Let me go to Andrea Mitchell and this odd communication from Scooter Libby, the chief of staff to the vice president, to a journalist who was covering him and covering him quite a bit during the months before the war and subsequent to our invasion of Iraq.
What do you make of the lingo used by—the code or whatever it is—used by Scooter Libby in his communication through his attorney to Judy Miller of the “New York Times,” this stuff about the aspens changing and growing in clusters and interconnected roots and all this stuff?
ANDREA MITCHELL, NBC NEWS CHIEF FOREIGN AFFAIRS CORRESPONDENT: I know he‘s a creative writer; I don‘t get it.
I don‘t understand it. I don‘t know if it were a code or if this is just a communication with someone who we considered a friend. Certainly it was a source and a government official/reporter relationship, but they clearly knew each other and had talked a lot about weapons of mass destruction and other stories. I just don‘t understand it.
MATTHEWS: What do you make of his statement through his attorney to her that if she is going to get out of jail, a little bit of guidance is in order; that if she is going to talk with his say so about breaking their confidentiality, he will release her but he expects that she‘ll say the same thing that the other people have said, as the attorney put it, that Scooter Libby never identified Valerie Plame by name and never mentioned that she was an undercover operative?
MITCHELL: I‘m sure there can be a benign interpretation to that, but as her attorney, Bob Bennett, said to you, I believe, he wishes that that had not been said, that had not been written or suggested, because it could be interpreted as trying to influence a witness.
MATTHEWS: Let me go back to Jim VandeHei about the vice president himself. The reporting of the White House over the last five years, what is the working relationship between Cheney and his chief of staff? What is their reputation with regard to press relations?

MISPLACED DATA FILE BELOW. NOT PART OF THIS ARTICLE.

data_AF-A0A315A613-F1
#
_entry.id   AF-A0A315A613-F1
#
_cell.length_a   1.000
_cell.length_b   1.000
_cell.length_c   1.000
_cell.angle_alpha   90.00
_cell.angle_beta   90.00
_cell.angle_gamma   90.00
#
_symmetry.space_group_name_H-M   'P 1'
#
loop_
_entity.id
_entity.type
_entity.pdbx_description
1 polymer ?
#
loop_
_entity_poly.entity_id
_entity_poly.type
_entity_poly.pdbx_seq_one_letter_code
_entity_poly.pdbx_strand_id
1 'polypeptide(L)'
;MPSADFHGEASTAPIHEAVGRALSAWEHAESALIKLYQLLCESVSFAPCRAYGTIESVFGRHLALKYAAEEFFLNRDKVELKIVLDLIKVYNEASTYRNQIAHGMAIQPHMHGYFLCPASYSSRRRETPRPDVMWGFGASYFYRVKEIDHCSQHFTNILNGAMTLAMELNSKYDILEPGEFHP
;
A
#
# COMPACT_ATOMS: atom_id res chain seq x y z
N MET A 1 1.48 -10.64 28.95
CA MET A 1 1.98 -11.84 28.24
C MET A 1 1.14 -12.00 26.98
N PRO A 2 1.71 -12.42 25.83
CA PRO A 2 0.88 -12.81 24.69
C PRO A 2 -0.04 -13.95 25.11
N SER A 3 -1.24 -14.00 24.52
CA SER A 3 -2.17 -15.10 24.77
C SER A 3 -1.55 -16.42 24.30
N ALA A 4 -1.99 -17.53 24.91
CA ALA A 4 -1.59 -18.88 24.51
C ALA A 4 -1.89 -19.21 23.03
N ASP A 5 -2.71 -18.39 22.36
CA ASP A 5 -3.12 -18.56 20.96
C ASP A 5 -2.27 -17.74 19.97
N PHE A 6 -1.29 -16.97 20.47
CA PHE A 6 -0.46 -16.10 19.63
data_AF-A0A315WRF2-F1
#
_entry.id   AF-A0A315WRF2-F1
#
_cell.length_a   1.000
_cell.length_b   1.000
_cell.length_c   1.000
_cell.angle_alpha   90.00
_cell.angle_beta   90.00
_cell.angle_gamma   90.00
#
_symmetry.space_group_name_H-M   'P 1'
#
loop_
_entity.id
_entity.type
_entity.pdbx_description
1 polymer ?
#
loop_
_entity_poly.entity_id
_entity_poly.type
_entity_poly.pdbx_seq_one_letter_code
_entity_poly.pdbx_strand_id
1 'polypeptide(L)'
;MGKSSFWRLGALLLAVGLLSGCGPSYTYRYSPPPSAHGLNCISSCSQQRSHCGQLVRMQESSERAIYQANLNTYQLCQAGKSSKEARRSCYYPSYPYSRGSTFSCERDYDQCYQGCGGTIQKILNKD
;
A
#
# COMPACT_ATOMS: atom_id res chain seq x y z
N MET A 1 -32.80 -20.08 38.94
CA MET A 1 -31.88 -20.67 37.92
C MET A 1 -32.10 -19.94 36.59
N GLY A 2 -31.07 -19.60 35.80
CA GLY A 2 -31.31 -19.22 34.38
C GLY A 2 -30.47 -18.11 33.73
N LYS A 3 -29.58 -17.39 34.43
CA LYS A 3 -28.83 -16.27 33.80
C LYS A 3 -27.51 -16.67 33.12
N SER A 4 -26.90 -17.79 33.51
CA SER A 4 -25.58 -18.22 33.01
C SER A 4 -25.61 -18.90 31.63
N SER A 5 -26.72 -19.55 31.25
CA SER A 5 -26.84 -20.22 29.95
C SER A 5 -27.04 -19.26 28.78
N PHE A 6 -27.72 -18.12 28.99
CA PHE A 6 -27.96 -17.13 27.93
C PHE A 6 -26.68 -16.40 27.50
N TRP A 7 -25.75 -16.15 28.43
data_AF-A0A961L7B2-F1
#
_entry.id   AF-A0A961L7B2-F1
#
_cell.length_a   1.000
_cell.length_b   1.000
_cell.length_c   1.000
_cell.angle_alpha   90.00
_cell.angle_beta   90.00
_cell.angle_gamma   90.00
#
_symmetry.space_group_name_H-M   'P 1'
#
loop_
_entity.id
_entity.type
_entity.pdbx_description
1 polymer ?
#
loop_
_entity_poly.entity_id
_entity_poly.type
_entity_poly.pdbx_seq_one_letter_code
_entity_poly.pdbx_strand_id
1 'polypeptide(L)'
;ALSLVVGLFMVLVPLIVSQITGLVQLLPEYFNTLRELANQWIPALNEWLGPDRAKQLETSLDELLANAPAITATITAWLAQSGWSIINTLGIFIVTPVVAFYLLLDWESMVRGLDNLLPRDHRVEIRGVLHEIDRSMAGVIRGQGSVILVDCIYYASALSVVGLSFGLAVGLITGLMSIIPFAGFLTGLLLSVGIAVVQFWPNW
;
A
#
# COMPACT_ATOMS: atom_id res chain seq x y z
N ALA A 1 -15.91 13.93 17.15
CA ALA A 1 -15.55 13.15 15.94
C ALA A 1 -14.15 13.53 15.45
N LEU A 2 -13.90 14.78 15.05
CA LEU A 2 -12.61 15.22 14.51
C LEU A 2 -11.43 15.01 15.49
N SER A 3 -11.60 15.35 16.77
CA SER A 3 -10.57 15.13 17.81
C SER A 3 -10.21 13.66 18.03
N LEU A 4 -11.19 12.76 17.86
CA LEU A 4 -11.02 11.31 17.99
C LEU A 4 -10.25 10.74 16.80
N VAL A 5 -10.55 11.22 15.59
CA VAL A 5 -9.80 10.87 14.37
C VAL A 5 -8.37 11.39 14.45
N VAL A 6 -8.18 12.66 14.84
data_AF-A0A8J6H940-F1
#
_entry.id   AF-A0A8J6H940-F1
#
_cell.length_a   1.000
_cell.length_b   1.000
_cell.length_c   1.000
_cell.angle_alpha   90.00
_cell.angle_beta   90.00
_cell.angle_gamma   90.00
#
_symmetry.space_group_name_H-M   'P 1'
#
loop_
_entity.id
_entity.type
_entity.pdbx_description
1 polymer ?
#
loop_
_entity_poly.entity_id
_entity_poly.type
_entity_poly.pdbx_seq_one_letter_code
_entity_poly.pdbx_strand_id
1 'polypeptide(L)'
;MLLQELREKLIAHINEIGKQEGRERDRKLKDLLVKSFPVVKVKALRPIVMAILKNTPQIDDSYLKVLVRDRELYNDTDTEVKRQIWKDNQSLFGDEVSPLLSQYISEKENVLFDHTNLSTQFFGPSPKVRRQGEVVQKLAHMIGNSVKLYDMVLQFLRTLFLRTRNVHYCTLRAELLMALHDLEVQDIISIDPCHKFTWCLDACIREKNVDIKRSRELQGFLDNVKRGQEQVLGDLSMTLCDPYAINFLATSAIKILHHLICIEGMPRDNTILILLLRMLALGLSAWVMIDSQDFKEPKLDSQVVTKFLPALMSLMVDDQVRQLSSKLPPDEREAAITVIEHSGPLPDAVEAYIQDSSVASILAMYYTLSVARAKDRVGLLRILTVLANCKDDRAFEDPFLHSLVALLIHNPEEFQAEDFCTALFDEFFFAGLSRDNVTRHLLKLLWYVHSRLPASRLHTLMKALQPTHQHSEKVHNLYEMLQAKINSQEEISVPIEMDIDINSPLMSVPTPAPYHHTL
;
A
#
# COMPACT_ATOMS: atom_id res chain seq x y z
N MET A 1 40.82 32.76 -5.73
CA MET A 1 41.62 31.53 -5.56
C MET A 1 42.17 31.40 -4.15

VANDEHEI: This is one of the most secretive vice presidents probably in the history, or at least in the modern history, of the presidency. Libby, obviously, has a lot of contacts in town. He has been around town and knows a lot of people, has been intimately involved in the weapons of mass destruction issue.
But they sort of operate—they don‘t operate in the same orbit as, say—that we do as far as White House reporters and dealing with Bush and his group. They are more focused on foreign policy. Remember, I mean, this is the most powerful vice president in the history of the United States. He is so intimately involved in everything that this president does and he‘s so central ...
MATTHEWS: Does Scooter Libby have pet reporters that he uses to push the WMD case for war, et cetera?
VANDEHEI: I think everybody. I mean, everybody in this town has pet reporters, there‘s no doubt about it, people that feel comfortable with people, they have a relationship with, both personal and professional.
MATTHEWS: Does the vice president have a background?
MATTHEWS: Has he ever backgrounded you?
VANDEHEI: I have talked to a lot of people in this administration, on different aspects. I don‘t—you know, if I have a background conversation it‘s on background with somebody.
MATTHEWS: I‘m just trying to get this generically. Is there—let me ask you this more carefully to both of you. Does the vice president have a reputation for backgrounding certain reporters he likes to use? Andrea.
MITCHELL: I don‘t know that to be the case, but what I think people need to focus on, is the overall background of what was going on back then. This was a fight—an internal fight—between the CIA and Dick Cheney. And you can‘t overstate the case of how brutal that fight over who had the right interpretation over Saddam‘s weapons was.
And in that context, when Joe Wilson went on television with us and in interviews and said he had been dispatched by the vice president, you could understand why Dick Cheney and his people probably said no, we didn‘t send him. We had nothing to do with that, because, you know, whether Wilson was told or was simply inflating his own importance, he led people to believe, he said publicly, that he had been dispatched by the vice president.